Children are more at risk from serious complications of malaria infection than adults and they need to take the same types of anti-malaria tablets as adults. Fortunately there are a whole range of malaria tablets for children.
There is one major exception: children under the age of 12 years should not take doxycycline, as it can cause permanent yellow staining of the teeth in younger children. There is always an alternative to doxycyline, usually mefloquine (Lariam) or atovaquone/proguanil (Malarone).
Many people obtain malaria tablets online. People in the UK should use only websites which are registered with the Care Quality Commission. Malaria tablets from regulated online doctors are supplied through e-prescriptions issued after online consultations and sent automatically to pharmacies. Tablets are then posted from General Pharmaceutical Council registered pharmacies. Medicines from online clinic websites in the UK are supplied only to named individual patients/customers who are over 18. See Dr Fox online malaria consultation.
Regulated clinic website are not permitted to prescribe medicine for children. Prescription medicine for children can be posted from online pharmacies only if a child has been prescribed the medicine already, usually by their GP, and the prescription is posted to the online pharmacy. There are many regulated online pharmacies in the UK.
Buy treatment (adults)
From Chemist Shops
Malaria tablets for children are usually supplied on doctor’s prescriptions. Chloroquine (Avloclor) and proguanil (Paludrine) are exceptions, as they can supplied on prescription and they can also be bought from UK pharmacies without prescriptions.
Some specialist pharmacists are able to supply all types of malaria tablets for adults and children without prescriptions, even those tablets which are normally prescription only medicines (doxycycline, Malarone, Lariam). You may wish to check with your pharmacy before making an appointment with your doctor.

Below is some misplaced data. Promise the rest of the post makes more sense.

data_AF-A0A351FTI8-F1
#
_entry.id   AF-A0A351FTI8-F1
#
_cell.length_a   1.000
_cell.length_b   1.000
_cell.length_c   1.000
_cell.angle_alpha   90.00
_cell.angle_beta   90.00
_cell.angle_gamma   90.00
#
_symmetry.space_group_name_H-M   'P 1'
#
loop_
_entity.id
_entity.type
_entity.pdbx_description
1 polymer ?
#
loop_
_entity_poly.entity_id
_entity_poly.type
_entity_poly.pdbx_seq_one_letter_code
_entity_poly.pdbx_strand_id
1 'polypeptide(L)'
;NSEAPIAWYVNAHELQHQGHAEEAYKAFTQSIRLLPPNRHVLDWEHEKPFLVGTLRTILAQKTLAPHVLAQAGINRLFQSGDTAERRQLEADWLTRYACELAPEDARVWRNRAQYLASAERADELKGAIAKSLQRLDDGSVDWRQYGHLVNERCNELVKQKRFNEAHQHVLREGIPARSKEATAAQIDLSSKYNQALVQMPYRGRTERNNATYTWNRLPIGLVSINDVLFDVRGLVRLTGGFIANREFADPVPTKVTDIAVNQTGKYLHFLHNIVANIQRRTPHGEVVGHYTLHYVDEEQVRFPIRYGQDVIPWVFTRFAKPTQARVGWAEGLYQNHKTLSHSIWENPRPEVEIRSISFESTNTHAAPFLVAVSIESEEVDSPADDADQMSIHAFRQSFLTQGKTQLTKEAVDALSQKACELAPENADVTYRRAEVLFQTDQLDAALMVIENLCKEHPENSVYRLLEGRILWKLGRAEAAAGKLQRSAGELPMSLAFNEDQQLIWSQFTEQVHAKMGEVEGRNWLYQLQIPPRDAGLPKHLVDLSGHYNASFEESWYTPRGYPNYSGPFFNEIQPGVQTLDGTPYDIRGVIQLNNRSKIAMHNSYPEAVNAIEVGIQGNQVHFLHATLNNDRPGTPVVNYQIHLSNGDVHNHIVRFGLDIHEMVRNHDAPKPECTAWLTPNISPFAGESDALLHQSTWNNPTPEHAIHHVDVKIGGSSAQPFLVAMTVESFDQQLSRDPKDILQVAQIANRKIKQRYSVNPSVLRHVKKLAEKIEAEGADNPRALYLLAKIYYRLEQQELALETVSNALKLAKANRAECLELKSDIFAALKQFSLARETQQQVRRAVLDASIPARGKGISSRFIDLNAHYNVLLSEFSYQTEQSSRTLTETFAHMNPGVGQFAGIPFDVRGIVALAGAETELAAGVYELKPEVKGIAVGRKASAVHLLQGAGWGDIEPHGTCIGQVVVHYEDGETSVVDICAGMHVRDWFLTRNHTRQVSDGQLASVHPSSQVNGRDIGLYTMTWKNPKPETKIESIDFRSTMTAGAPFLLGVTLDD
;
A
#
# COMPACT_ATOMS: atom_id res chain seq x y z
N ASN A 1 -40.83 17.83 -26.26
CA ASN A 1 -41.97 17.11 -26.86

If a doctor has already issued a prescription for malaria tablets for a child or adult, the prescription can either be taken to a high-street pharmacy (dispensing chemist) for dispensing or can be posted to a regulated online pharmacy for dispensing and posting.
Malaria tablets, like other travel medicines, are not normally funded by the NHS. NHS doctors can prescribe malaria tablets, but usually do so on private prescriptions, often charging a fee to write the prescription. The cost of tablets dispensed on private prescriptions is set by individual pharmacies. It can be worth shopping around, particularly for atovaquone/proguanil (Malarone), which is an expensive medicine.
Malaria tablets bought through online doctors tend to be lower cost, as online services usually include a consultation and e-prescription (only over 18s eligible). See Malarone prices online compared
Private doctors and specialist travel clinics tend to have higher charges. Specialist pharmacies, able to supply malaria tablets without prescriptions, set their own prices, which will vary.
Recommendations about which tablets are advised for different parts of the world can be found at the NHS Scotland Fitfortravel website. Also see ‘bite prevention’ page.
NOTE: All the doses below are taken from manufacturer’s patient information leaflets supplied with tablets and are based on the standard strength of tablets (June 2013). Tablets should always be taken in accordance with prescription instructions or the instructions supplied with the tablets.
Malarone – Atovaquone/Proguanil
Atovaquone/proguanil is a proper medical drug name. Malarone is the best known UK brand, although not the only UK brand of atovaquone/proguanil. There is a child’s strength tablet, atovaquone 62.5mg/25mg proguanil. There are different brands of child’s strength tablets the best known of which is Malarone Paediatric.
See link to the full manufacturer’s patient information leaflet supplied with Malarone Paediatric (Malarone for children).
Child strength atovaquone 62.5mg/25mg proguanil can be taken by children right down to 11kg. Tablets can be crushed and mixed with food.
Atovaquone/proguanil tablets are taken daily, starting 2-3 days before a trip and continued for 7 days after leaving malarial areas.
The usual dose to prevent malaria depends on a child’s weight.
- 11-20 kg: 1 paediatric tablet once a day
- 21-30 kg: 2 paediatric tablets once a day (as a single dose)
- 31-40 kg: 3 paediatric tablets once a day (as a single dose)
Lariam – Mefloquine
Mefloquine is the medical name of Lariam. Lariam is the brand name of the medicine.
There is no children’s strength Lariam tablet. Adult tablets are divided to make up children’s doses. See the table below for doses. See the manufacturer’s patient information leaflet for Lariam tablets.